In 1917 Campbell became a baronet, and in June 1918 he finally displaced Lord Shandon (qv) as lord chancellor of Ireland, which post he held until June 1921. His experiences as head of the Irish judiciary while Ireland sank into civil strife and emergency law further convinced him of the need for change. In November and December 1920 he refused to act as a lord justice, leading Hamar Greenwood (qv) to press for his resignation; in 1921 he urged the British government to postpone elections and enter into compromise talks with Sinn Féin with a view to broadening the Government of Ireland Act. On retiring as lord chancellor he was created Baron Glenavy of Milltown, Co. Dublin.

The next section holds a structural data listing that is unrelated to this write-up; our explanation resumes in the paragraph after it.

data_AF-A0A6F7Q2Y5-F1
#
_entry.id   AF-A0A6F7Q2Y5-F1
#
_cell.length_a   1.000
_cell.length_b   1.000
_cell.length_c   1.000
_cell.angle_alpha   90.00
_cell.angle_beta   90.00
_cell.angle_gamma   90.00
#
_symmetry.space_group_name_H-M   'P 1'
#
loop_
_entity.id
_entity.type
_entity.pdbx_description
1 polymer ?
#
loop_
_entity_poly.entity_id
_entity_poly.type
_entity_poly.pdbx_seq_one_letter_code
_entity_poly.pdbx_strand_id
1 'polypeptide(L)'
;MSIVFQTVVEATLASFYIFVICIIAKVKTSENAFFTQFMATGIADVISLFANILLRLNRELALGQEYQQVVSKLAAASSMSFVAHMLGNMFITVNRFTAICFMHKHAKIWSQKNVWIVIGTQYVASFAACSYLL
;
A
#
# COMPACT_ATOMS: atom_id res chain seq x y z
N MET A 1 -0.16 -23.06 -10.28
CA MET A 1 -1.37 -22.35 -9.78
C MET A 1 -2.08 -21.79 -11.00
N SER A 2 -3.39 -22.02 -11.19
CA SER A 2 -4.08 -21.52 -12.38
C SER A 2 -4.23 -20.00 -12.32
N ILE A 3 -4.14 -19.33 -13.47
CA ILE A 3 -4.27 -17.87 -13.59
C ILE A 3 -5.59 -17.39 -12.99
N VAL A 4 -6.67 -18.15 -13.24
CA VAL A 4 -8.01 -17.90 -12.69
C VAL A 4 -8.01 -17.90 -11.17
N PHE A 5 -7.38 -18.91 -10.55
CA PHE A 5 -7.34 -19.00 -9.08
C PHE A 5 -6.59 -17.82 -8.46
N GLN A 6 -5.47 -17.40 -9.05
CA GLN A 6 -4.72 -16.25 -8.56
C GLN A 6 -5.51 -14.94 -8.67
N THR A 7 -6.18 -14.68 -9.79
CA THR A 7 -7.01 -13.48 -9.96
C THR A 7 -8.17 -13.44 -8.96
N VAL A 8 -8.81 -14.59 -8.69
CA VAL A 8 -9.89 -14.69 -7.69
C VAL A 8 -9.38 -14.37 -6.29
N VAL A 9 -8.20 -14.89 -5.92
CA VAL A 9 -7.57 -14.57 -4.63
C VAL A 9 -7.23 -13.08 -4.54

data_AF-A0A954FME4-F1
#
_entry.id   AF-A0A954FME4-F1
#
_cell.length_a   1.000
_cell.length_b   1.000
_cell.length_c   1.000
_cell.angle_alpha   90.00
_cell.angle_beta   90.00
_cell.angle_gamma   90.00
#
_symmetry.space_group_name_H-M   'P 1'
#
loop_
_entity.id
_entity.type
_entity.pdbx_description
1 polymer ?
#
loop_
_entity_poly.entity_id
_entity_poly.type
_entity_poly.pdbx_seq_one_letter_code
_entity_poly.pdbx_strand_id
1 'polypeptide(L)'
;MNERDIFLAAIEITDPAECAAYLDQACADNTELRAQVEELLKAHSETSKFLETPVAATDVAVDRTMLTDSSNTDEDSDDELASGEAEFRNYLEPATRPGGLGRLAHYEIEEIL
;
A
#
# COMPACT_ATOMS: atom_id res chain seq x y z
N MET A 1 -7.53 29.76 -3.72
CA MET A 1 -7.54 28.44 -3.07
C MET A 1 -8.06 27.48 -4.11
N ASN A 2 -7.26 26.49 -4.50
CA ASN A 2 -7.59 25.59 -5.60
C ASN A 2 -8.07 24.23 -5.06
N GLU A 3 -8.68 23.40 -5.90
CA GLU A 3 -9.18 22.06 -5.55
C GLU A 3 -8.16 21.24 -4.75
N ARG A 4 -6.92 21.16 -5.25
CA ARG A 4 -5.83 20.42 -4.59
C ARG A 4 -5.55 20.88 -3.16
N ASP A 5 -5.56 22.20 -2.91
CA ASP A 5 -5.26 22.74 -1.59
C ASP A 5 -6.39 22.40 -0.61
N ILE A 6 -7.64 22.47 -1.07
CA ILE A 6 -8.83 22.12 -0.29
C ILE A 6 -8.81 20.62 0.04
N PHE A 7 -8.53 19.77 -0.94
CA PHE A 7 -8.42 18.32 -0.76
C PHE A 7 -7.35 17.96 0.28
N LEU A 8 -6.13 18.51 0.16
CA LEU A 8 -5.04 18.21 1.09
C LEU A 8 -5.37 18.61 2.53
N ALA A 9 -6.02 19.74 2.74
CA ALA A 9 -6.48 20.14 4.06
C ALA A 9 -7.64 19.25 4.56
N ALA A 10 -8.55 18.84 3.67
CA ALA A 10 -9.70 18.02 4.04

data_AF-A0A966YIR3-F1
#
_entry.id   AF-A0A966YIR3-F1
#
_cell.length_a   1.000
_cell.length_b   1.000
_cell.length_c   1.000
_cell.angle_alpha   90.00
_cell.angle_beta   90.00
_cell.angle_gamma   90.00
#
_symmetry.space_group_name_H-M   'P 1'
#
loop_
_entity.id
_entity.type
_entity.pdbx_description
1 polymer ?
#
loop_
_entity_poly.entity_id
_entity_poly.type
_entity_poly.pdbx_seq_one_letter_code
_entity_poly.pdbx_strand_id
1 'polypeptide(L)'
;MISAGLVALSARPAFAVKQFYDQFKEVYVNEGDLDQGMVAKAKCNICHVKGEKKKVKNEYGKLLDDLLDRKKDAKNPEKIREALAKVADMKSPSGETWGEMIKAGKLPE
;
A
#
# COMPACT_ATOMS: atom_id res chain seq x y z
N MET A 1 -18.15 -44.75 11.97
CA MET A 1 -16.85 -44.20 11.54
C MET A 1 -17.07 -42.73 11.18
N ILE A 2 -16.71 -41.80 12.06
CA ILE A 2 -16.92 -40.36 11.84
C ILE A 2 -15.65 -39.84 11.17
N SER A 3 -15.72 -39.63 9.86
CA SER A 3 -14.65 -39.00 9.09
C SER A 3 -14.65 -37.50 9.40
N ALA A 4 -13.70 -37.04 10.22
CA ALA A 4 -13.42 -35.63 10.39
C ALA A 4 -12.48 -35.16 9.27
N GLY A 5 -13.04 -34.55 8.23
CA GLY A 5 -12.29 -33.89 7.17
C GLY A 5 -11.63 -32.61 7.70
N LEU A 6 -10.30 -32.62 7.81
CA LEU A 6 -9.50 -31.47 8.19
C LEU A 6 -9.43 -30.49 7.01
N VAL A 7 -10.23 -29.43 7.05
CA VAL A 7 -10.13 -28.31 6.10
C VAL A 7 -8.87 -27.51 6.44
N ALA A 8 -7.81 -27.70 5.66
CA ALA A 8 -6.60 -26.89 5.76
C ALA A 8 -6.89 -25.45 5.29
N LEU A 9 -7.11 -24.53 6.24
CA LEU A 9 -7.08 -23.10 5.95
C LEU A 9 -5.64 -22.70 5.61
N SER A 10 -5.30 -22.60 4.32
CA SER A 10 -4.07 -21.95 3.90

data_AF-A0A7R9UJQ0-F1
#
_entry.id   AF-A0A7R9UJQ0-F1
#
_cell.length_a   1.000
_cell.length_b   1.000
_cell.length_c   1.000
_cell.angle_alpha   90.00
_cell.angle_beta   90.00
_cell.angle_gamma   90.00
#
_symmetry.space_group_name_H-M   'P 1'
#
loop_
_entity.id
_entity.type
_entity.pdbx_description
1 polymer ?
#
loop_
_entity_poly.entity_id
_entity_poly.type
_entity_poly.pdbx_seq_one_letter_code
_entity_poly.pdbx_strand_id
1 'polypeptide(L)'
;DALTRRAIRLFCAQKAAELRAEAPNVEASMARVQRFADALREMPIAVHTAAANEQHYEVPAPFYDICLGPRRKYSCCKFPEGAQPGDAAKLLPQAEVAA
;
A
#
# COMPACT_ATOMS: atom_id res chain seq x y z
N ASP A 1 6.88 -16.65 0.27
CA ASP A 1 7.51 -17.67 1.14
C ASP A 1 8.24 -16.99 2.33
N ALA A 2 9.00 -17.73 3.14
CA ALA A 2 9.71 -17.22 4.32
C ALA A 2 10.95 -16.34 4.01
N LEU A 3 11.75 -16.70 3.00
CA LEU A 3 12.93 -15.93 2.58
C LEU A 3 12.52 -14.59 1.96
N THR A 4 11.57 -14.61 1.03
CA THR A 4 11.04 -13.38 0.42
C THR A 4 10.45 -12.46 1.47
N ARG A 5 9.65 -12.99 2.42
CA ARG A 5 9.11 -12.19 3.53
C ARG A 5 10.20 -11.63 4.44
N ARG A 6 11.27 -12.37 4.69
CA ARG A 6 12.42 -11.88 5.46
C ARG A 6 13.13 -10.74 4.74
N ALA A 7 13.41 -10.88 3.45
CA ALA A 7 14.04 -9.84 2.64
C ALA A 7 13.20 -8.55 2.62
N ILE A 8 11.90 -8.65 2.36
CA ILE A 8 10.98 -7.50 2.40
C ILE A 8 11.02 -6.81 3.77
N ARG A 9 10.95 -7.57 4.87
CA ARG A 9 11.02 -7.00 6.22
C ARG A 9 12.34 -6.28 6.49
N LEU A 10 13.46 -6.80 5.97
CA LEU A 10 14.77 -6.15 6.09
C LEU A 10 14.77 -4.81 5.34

With the establishment of the Irish Free State, Glenavy accepted a nomination to the senate; his son Gordon Campbell abandoned a promising career in Britain to become secretary of the Department of Industry and Commerce in Dublin. Meanwhile Glenavy campaigned unsuccessfully for appointment as a British law lord. This campaign, which continued even after the Irish government engineered his election as first chairman of the senate, kept him in London for much of the new state's first year. This absence was encouraged by the civil war, during which his Irish home was attacked on two occasions by anti-treaty forces and his Wolseley motor car, valued at £800, was commandeered. In the senate he was an overly dominant figure who could not forget his prejudices and, according to James G. Douglas (qv), leas-chathaoirleach of the seanad, endeavoured unduly to influence the decisions of the body both outside and inside the house. (Meanwhile, his unionist and masonic record were widely invoked by opponents of the treaty who wished to portray the Free State as an illegitimate regime subservient to British interests.) Although Glenavy privately believed the senate to be ‘neither ornamental nor useful’, he demanded unsuccessfully that its powers be increased and the government made to observe some degree of accountability to its members. Undertaking little preparation before debates, he sought to master proposed legislation as the debate was in progress. The 1925 senate debate on divorce (which included the ‘we are no petty people’ speech by W. B. Yeats (qv)) was unnecessary since the motion was purely expository and did not require a debate; it is not clear whether Glenavy overlooked this through inadvertence or whether he deliberately brought forward the issue of divorce in order to embarrass the government. He showed his contempt for the new order by mispronouncing Saorstat Éireann as ‘Sour state I ran’, by dismissive haughtiness towards his fellow senators, and by adjourning the house to suit his own convenience.